I love customization, so I give the DS4 a lot of points for it. I can mess with the analog stick sensitivity, make the LED glow PC Gamer red or cycle through the rainbow, and use the trackpad as a mouse. It can also be used wirelessly via Bluetooth, giving it even more points as Microsoft isn't releasing a wireless Xbone controller dongle—at least, we haven't heard plans for one yet.
The DS4 should work with any game an Xbox 360 controller works with, which is to say, practically any game with controller support. I haven't had a problem yet. That said, I more often see people reporting problems with it in troubleshooting forums than I do for 360 or Xbone controllers. It's not officially supported, so if you run into problems, the only help is the community.

In use

The DualShock 4 is smaller than the Xbox One controller, and I have to hold it loosely and arch my index fingers to press the triggers and bumpers with their tips. The bonus of that loose grip is that my palms, and their sweat, stay off the controller. Those with smaller hands will probably find it more comfortable.
As I mentioned, I prefer the Xbox One controller’s offset analog sticks. To me, it feels like the DS4 was designed as if the thumbs will most commonly be on the D-pad and face buttons. If yours are, then you might prefer it, but I usually use controllers for third-person action games like Darksiders or God of War series where I largely ignore the D-pad. The sticks themselves are bigger than the Xbone's and have enough resistance to feel sturdy, which I like, but I don’t like their slightly raised centers, which my thumbs tend to slip over.
I like that the triggers have more resistance than the Xbox One controller's, giving them a less-mushy action, but they're much smaller so it feels like my fingers are going to slip off the edges. I really don’t like the way they creak when I push them down, either—it feels like I’m going to break them. The face buttons are flat and matte, which I slightly prefer to the Xbone's bulbous, shiny buttons, but they also have a less-clicky action. The ‘share’ and ‘options’ buttons are hard to reach, pushed aside by the trackpad.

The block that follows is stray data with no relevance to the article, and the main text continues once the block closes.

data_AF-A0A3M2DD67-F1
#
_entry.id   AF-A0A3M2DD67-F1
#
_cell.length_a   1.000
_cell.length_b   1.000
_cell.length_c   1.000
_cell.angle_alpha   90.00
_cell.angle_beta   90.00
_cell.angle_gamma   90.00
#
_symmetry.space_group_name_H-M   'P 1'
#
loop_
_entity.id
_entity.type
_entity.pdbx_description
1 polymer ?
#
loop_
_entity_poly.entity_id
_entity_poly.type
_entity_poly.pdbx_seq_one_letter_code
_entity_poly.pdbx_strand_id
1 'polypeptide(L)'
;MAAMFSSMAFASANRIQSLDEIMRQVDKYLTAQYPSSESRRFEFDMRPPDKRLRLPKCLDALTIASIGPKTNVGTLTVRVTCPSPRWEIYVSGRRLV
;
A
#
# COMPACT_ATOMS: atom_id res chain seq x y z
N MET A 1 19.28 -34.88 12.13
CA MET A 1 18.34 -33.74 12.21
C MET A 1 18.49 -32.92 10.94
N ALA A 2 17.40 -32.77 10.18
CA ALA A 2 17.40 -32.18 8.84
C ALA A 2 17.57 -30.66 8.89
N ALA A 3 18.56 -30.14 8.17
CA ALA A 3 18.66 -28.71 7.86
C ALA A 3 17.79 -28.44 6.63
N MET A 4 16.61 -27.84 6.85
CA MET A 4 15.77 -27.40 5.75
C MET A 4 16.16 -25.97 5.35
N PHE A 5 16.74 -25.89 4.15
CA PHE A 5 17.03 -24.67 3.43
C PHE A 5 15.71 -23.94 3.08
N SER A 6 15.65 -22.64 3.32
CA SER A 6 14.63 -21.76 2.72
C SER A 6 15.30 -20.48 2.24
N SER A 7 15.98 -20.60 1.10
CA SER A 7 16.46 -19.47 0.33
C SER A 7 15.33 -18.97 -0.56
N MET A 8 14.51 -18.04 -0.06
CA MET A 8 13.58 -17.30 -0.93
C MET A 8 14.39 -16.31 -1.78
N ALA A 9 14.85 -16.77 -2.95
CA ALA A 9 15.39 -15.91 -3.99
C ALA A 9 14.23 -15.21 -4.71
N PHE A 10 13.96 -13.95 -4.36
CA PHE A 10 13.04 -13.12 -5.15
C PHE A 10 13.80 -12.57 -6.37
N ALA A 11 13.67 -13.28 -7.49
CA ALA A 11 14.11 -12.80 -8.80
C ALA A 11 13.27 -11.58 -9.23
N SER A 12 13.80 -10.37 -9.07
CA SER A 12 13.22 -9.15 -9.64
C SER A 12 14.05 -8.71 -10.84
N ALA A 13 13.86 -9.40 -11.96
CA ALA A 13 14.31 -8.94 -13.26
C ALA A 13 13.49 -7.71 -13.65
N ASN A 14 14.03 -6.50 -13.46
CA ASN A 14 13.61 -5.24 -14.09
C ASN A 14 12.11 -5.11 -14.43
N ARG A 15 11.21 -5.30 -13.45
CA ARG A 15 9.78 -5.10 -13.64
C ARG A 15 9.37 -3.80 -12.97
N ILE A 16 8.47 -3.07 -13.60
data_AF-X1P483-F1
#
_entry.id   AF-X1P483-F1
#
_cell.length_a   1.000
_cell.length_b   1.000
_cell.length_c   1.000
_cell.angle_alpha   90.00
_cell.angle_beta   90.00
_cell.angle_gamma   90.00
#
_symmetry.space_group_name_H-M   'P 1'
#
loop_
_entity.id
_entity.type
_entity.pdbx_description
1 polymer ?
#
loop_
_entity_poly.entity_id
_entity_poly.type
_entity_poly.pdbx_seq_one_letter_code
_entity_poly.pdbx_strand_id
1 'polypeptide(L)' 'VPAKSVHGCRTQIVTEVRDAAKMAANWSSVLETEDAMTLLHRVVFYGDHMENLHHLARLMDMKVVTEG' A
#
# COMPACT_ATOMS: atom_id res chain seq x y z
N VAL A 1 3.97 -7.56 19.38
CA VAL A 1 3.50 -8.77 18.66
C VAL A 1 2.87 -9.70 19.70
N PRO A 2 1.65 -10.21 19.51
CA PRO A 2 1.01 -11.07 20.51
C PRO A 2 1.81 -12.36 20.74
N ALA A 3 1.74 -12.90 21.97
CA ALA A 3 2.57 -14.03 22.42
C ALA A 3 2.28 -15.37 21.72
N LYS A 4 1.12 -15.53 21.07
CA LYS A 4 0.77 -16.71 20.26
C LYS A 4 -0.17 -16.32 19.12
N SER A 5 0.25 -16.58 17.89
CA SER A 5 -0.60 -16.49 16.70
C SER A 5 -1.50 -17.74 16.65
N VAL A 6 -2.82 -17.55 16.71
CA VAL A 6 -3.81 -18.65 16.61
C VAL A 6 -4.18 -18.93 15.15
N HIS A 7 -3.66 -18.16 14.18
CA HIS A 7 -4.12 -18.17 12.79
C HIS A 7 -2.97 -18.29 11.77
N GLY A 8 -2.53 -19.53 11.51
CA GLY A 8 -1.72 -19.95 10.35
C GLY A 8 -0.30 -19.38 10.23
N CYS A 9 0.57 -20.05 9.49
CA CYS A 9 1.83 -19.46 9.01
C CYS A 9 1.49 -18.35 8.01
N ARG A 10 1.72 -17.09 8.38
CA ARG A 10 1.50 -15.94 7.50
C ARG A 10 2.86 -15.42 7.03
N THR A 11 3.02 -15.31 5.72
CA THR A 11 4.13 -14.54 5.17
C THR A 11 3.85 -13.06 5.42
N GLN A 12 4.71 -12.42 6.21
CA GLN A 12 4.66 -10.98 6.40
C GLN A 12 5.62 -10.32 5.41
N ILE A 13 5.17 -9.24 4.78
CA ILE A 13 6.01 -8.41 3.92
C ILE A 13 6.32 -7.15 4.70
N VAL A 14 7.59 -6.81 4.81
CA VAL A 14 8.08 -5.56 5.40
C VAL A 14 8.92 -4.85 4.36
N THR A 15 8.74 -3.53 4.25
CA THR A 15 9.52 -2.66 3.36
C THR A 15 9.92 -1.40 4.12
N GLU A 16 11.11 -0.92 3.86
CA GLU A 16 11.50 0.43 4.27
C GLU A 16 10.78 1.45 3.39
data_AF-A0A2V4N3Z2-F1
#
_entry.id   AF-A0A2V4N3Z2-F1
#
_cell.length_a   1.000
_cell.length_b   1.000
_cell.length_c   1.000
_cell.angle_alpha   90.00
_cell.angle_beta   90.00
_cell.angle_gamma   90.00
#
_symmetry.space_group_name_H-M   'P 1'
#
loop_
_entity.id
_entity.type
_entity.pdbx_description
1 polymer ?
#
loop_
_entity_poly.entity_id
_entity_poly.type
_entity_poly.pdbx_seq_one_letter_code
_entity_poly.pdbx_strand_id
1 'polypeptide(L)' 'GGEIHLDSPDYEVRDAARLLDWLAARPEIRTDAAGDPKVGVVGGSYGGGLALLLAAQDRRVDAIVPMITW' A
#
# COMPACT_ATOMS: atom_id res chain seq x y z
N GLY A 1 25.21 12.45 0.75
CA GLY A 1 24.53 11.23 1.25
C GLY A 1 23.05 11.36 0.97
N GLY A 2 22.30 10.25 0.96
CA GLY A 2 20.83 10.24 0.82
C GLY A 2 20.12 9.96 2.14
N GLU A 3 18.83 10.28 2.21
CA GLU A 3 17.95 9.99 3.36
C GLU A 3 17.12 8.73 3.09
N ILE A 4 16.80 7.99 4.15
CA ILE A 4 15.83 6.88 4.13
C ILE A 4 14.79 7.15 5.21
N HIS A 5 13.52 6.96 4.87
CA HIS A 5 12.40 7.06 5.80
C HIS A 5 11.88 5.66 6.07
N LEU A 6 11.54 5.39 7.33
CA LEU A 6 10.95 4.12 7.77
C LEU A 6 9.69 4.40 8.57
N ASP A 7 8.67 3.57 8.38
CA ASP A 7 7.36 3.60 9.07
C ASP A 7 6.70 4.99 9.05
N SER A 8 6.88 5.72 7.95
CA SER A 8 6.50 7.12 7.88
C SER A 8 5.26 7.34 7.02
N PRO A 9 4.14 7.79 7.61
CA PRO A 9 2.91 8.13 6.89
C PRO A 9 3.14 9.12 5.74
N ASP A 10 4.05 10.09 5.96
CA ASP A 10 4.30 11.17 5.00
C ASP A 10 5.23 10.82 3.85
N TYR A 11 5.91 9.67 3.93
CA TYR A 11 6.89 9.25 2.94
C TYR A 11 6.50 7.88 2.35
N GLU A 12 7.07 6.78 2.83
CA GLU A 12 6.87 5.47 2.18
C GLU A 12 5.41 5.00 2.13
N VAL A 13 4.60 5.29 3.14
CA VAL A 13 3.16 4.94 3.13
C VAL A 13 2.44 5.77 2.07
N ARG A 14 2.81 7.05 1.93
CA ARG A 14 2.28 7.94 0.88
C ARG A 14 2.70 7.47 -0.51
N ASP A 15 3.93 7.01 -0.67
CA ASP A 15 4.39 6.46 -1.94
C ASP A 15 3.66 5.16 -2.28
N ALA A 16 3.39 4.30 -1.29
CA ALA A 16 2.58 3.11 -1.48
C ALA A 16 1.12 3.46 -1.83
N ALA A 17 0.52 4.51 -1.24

I think the DS4 is a fine controller, but I definitely prefer the Xbox One controller. I do love how much I can customize it with DS4Windows, but it feels awkward in my hands.
  • Easy to install
  • Customizable interface
  • Premium finish
  • Connectivity via Bluetooth
  • Great if you have medium to small hands

  • No exclusive support site for the controller in terms of PC games
  • All games don't have the key mapping for the Dualshock 4, so can get confusing to use

My verdict

My recommendation is the Xbox One controller—I just think it's better—with the caveats that the DS4 is more customizable and may be a better fit for smaller hands. If you've tried both and like their designs equally, then I'd recommend the DS4 just for all that customization, as long as you're aware that it might require a little more troubleshooting. Aside from the creaking I noticed with the DS4 triggers, I'd say they are equally well-made, and I haven't broken one of either yet.
It's a bit of a Pepsi vs. Coke situation, really, and though I don't like equivocating, I know that the same reasons I believe the Xbox One controller is better may also be reasons someone prefers the DS4. Preference obviously depends on hand-size and which layout you’re most familiar with.
So that was all I had to say guys, if you have anything else to add in this article feel free to comment and do post a query if you have one.